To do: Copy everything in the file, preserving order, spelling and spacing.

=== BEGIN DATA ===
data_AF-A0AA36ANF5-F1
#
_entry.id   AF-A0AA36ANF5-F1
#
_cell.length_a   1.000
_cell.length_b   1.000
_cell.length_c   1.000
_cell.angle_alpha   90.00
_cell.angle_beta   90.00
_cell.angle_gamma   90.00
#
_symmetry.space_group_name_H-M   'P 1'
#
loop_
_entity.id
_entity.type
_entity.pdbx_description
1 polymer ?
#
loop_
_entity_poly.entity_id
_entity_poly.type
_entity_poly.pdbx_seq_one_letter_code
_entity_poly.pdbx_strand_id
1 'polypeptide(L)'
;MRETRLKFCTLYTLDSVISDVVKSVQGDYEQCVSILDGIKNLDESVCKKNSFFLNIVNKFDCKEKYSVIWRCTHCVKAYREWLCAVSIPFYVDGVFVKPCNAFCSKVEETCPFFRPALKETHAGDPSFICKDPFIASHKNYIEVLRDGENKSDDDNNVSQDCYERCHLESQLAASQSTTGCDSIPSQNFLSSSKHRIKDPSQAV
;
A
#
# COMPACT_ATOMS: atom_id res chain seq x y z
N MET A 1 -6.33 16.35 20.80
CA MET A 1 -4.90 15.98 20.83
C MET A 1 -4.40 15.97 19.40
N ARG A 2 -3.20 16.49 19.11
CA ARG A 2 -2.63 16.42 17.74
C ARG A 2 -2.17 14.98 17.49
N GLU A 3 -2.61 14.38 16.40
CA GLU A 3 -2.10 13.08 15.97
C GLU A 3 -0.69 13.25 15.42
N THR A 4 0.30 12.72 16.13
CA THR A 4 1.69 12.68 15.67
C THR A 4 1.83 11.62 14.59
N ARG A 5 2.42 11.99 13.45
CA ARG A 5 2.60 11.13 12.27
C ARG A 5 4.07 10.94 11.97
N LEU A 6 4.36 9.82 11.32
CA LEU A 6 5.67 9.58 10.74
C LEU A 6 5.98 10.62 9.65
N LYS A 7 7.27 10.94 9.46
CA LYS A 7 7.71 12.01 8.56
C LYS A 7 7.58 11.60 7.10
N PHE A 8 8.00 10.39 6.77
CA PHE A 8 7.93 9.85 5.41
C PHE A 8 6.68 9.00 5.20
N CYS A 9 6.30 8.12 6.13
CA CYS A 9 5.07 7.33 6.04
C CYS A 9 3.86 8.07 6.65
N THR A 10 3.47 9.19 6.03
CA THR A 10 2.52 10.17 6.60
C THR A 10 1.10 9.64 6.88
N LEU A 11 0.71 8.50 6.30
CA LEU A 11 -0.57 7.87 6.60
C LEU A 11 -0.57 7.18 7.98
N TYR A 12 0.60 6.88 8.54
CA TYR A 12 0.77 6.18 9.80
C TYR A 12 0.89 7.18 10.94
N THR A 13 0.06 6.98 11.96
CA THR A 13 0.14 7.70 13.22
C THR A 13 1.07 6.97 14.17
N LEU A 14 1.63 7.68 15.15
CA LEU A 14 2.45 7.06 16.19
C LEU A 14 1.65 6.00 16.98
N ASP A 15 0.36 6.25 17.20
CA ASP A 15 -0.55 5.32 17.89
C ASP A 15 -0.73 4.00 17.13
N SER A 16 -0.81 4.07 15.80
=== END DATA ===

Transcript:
data_AF-A0AA36ANF5-F1
#
_entry.id   AF-A0AA36ANF5-F1
#
_cell.length_a   1.000
_cell.length_b   1.000
_cell.length_c   1.000
_cell.angle_alpha   90.00
_cell.angle_beta   90.00
_cell.angle_gamma   90.00
#
_symmetry.space_group_name_H-M   'P 1'
#
loop_
_entity.id
_entity.type
_entity.pdbx_description
1 polymer ?
#
loop_
_entity_poly.entity_id
_entity_poly.type
_entity_poly.pdbx_seq_one_letter_code
_entity_poly.pdbx_strand_id
1 'polypeptide(L)'
;MRETRLKFCTLYTLDSVISDVVKSVQGDYEQCVSILDGIKNLDESVCKKNSFFLNIVNKFDCKEKYSVIWRCTHCVKAYREWLCAVSIPFYVDGVFVKPCNAFCSKVEETCPFFRPALKETHAGDPSFICKDPFIASHKNYIEVLRDGENKSDDDNNVSQDCYERCHLESQLAASQSTTGCDSIPSQNFLSSSKHRIKDPSQAV
;
A
#
# COMPACT_ATOMS: atom_id res chain seq x y z
N MET A 1 -6.33 16.35 20.80
CA MET A 1 -4.90 15.98 20.83
C MET A 1 -4.40 15.97 19.40
N ARG A 2 -3.20 16.49 19.11
CA ARG A 2 -2.63 16.42 17.74
C ARG A 2 -2.17 14.98 17.49
N GLU A 3 -2.61 14.38 16.40
CA GLU A 3 -2.10 13.08 15.97
C GLU A 3 -0.69 13.25 15.42
N THR A 4 0.30 12.72 16.13
CA THR A 4 1.69 12.68 15.67
C THR A 4 1.83 11.62 14.59
N ARG A 5 2.42 11.99 13.45
CA ARG A 5 2.60 11.13 12.27
C ARG A 5 4.07 10.94 11.97
N LEU A 6 4.36 9.82 11.32
CA LEU A 6 5.67 9.58 10.74
C LEU A 6 5.98 10.62 9.65
N LYS A 7 7.27 10.94 9.46
CA LYS A 7 7.71 12.01 8.56
C LYS A 7 7.58 11.60 7.10
N PHE A 8 8.00 10.39 6.77
CA PHE A 8 7.93 9.85 5.41
C PHE A 8 6.68 9.00 5.20
N CYS A 9 6.30 8.12 6.13
CA CYS A 9 5.07 7.33 6.04
C CYS A 9 3.86 8.07 6.65
N THR A 10 3.47 9.19 6.03
CA THR A 10 2.52 10.17 6.60
C THR A 10 1.10 9.64 6.88
N LEU A 11 0.71 8.50 6.30
CA LEU A 11 -0.57 7.87 6.60
C LEU A 11 -0.57 7.18 7.98
N TYR A 12 0.60 6.88 8.54
CA TYR A 12 0.77 6.18 9.80
C TYR A 12 0.89 7.18 10.94
N THR A 13 0.06 6.98 11.96
CA THR A 13 0.14 7.70 13.22
C THR A 13 1.07 6.97 14.17
N LEU A 14 1.63 7.68 15.15
CA LEU A 14 2.45 7.06 16.19
C LEU A 14 1.65 6.00 16.98
N ASP A 15 0.36 6.25 17.20
CA ASP A 15 -0.55 5.32 17.89
C ASP A 15 -0.73 4.00 17.13
N SER A 16 -0.81 4.07 15.80